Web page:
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Prenups are on the rise. Here's why.

The prenup jokes have been around as long as there have been prenups. "What do you get for a woman who has everything? A prenup." A Hollywood divorce attorney once said a celebrity who doesn't draw up a prenuptial agreement needs a psychiatrist, not a lawyer.

However, for many couples looking to get married, a prenup can be a very serious safeguard in case the marriage does not last.

For those not in the know, a prenup is a prenuptial agreement between spouses that often spells out how property will be divided in the event the marriage fails. The agreement can go beyond property division and finances, as just about anything is fair game -- though you can't limit child support, child custody and visitation.

More people are getting them

According to a recent CNBC article, 62 percent of lawyers polled have seen an increase in the total number of clients who are seeking prenups during the past three years. That represents a fivefold increase in prenuptial agreements over the past 20 years.

The reasons why

The reasons given for the increase in prenups, a practical document in these days of rising divorce rates, include:

  • Millennials: For the generation born after 1981, there is a larger focus on waiting for marriage. They are often putting career first and that means entering marriage with more assets. It may be employer stock options or a 401(k), but they want to retain their assets if the marriage crumbles.
  • Increased debt: Many people entering marriage today are doing so with student loan debt or other kinds of debt. It's estimated that 69 percent of graduates will have student loan debt. The prenup can be a protection from the partner's debt.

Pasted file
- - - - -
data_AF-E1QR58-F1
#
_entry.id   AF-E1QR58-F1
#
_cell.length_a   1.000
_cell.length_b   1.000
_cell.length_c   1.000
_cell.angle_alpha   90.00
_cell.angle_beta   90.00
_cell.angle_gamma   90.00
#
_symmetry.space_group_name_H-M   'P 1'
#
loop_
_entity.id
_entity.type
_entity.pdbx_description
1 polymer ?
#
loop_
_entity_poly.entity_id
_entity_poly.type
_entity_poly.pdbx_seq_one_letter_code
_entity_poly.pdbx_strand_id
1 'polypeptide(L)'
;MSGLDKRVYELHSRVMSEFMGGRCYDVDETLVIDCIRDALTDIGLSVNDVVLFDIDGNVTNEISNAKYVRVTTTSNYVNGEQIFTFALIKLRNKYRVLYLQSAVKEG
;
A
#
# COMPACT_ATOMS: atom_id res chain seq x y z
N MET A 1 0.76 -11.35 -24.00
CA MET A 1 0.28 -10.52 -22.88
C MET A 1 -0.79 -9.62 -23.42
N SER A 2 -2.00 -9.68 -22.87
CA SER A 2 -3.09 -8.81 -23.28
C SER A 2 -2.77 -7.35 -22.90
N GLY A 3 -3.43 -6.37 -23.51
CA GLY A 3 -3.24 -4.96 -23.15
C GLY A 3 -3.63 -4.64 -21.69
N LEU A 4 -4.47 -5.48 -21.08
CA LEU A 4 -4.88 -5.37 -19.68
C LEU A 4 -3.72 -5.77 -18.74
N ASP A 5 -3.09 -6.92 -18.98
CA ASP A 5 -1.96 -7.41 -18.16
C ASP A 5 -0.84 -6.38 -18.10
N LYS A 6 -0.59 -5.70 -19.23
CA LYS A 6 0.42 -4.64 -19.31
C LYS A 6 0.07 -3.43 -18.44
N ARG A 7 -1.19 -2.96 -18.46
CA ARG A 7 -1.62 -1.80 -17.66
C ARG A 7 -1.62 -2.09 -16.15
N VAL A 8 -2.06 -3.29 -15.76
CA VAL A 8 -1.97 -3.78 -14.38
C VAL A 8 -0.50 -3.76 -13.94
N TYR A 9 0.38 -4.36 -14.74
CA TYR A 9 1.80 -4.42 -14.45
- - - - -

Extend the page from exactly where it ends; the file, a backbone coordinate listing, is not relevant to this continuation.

• Life experience: Many millennials are from divorced families and they are more conditioned to protect their interests than those from non-divided homes.

Lifestyle prenups are also on the rise

So-called "lifestyle clauses" are also on the rise in prenuptial agreements. These clauses can certainly be bizarre, yet they hold the potential to strengthen a marriage as well. Some of the clauses you may wish to consider adding to your  prenup include:

  • Social media limits: We all know how Twitter and Instagram can take over our free time, but some couples want to avoid that happening to their marriage.
  • Schooling clause: Maybe she wants a private school, while you think public school was good enough for me. Getting on the same page now may save strain on the marriage later.
  • Smoking clause: If one of you smokes and the other doesn't, setting up some ground rules can be a good idea.
  • Sports-watching clause: Much like the social media clause, it is thought that putting limits on watching sports could strengthen a marriage.
  • In-laws clause: Families, even with the best intentions, can add considerable stress to a relationship. Setting a few parameters around family visits can prevent your mother-in-law from permanently moving into your home office.
  • Infidelity clause: There could be a monetary penalty spelled out for infidelity under this clause.

No matter what you put in the agreement, having an experienced family law attorney can help you craft a prenuptial agreement that will protect your interests and possibly strengthen your coming marriage.

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